I’m finding that the way that stories are reported rather interesting and full of hidden bias.
For instance that the alleged attacker in the London attacks yesterday was a 52 year old British born man as was headlined in several media outlets this morning like the New York Times app headline I read this morning “British-Born Man Named in London Attack”. (I see that now links to “London Attacker Khalid Masood Had 20-Year Police Record“).
You’d never know that rather crucial fact from listening to the Morning report headlines read out by Guyon Espiner on National Radio this morning.
That would have a different spin than a 52 year old man with an Pakistani name who has had a number of previous convictions, that last one 14 years ago being for a knife offense. Which is the selective spin of facts that came through in the headlines on morning report. Sure everything said was correct. However it left out some crucial facts that would have been far more useful for a rational debate.
As a consequence I suspect that I’m going to have to deal up with the usual gormless anti-immigrant bigots today who are appear to be too stupid to look past those selective headline ‘facts’.
Why is that important? Well for exactly the reason pointed out by Jason Burke in the Guardian in “No surprise that London attacker Khalid Masood was born in UK“.
The reality is that contemporary Islamic extremist violence has never been as international as often imagined by the terrorists or their victims. The 11 September 2001 attacks involved hijackers who flew thousands of miles from homes in the Middle East and lived in the US for months before striking. But this was an anomaly, though one that distorted thinking about the nature of the threat for a decade.
A vast proportion of attacks over the 16 years since have involved local volunteers attacking local targets.
And on the attacks in western nations
Many of these men had previous involvement in serious and petty crime. For those already living on the margins of society and the law, the step towards violent activism is smaller than it might otherwise be. Prison is a key site of exposure to radical ideologies and people. Criminal contacts can provide essential – if often inadvertent – logistical help.
The significance of Masood’s age will later become clear. For the moment it simply underlines the variety of extremist profiles, and the unpredictability of the threat. Most Islamic militants have been between the ages of 18 and 35, with the average age declining in recent years. Some analysts see their attraction to radicalism as partly a generational rebellion. Violent rightwing militants tend to be much older. Thomas Mair, who killed MP Jo Cox last year, was 52.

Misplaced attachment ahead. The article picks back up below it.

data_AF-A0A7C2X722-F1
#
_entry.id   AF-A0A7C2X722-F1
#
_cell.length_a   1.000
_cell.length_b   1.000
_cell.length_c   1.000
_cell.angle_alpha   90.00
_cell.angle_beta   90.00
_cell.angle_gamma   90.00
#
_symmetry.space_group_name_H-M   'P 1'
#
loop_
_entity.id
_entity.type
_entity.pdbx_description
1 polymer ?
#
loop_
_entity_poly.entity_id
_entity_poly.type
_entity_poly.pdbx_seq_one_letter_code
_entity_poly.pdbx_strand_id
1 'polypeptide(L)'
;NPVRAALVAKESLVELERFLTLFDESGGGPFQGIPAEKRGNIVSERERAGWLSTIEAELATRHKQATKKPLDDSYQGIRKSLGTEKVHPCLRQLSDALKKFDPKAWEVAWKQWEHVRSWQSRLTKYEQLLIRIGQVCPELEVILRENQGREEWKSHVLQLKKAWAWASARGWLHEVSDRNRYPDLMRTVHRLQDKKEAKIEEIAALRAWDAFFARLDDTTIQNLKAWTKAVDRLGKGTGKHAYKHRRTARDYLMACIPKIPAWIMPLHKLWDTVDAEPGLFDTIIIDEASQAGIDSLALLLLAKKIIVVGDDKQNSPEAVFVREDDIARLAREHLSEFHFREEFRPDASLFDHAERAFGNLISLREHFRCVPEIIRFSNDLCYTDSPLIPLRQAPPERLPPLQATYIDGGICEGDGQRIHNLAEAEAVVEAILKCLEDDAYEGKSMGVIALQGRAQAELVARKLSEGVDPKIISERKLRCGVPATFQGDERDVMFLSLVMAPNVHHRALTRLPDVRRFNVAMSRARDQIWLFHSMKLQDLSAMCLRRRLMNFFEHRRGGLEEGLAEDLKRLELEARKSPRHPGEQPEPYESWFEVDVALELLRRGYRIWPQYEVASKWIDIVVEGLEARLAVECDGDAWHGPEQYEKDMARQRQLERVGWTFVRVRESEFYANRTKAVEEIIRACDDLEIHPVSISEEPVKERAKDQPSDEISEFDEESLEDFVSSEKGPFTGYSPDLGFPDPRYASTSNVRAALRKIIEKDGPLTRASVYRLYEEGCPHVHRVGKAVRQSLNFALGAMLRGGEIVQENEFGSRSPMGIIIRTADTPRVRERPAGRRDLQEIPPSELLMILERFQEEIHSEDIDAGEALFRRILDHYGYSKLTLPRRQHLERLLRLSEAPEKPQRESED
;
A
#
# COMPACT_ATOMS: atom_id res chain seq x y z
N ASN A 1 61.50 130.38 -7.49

This is somewhat different to that propagated by the populist simpleminded bigots like Donald Trump and his ‘advisors’ with their ideas of immigrants pouring over the borders to become terrorists.
It is far more akin to the views of those who say that you get issues like this when you don’t deal with the issues inside your own country. You wind up with locals on the fringes of society doing offensive behaviors (like domestic violence) and sometimes looking for a cause to excuse those behaviors.
Similarly, back to the spin on stories, it has been apparent for days that the story about the botched SAS operation detailed in “Hit and Run” wasn’t that the attack took place as a result of faulty intelligence and general confusion. Quite simply, these things will happen in warfare.
David Fisher has done an excellent piece “SAS soldier: We killed civilians in raid” (again I am using the title from the app) that details pretty much that.
The soldier said it was not the only situation in which there had been civilian casualties from a NZSAS operation and which the soldiers blamed on faulty US-sourced intelligence.
The soldier said a number of those involved in the raid had received medals for their roles, which sat uncomfortably when the civilian casualties emerged.
Bearing in mind it appears that there was no return fire, it was a failure of intelligence and the usual consequential SNAFU (situation normal – all fucked up), it rather clearly wasn’t a action that medals should have been awarded for.
The story is why in the hell someone tried to cover this screwup up? Who was it that gave the orders to do it? Was the NZ government actually deceived (which by the sounds of it Wayne Mapp probably was)?
To my mind, that is the most interesting part of this story because it points to a monumental flaw in our process of deploying troops into combat situations (see note below).
When the military and government hierarchies start lying to themselves in the pursuit of better PR, then their ability to make decisions will deteriorate. That means that the soldiers and civilians at the front line will pay the penalty with death, injury, and having problems living with the consequences of bad actions for decades later. Not to mention the lack of international trust in actions and deployments that will hamper those future operations.
That is why “Hit and Run” is an important book.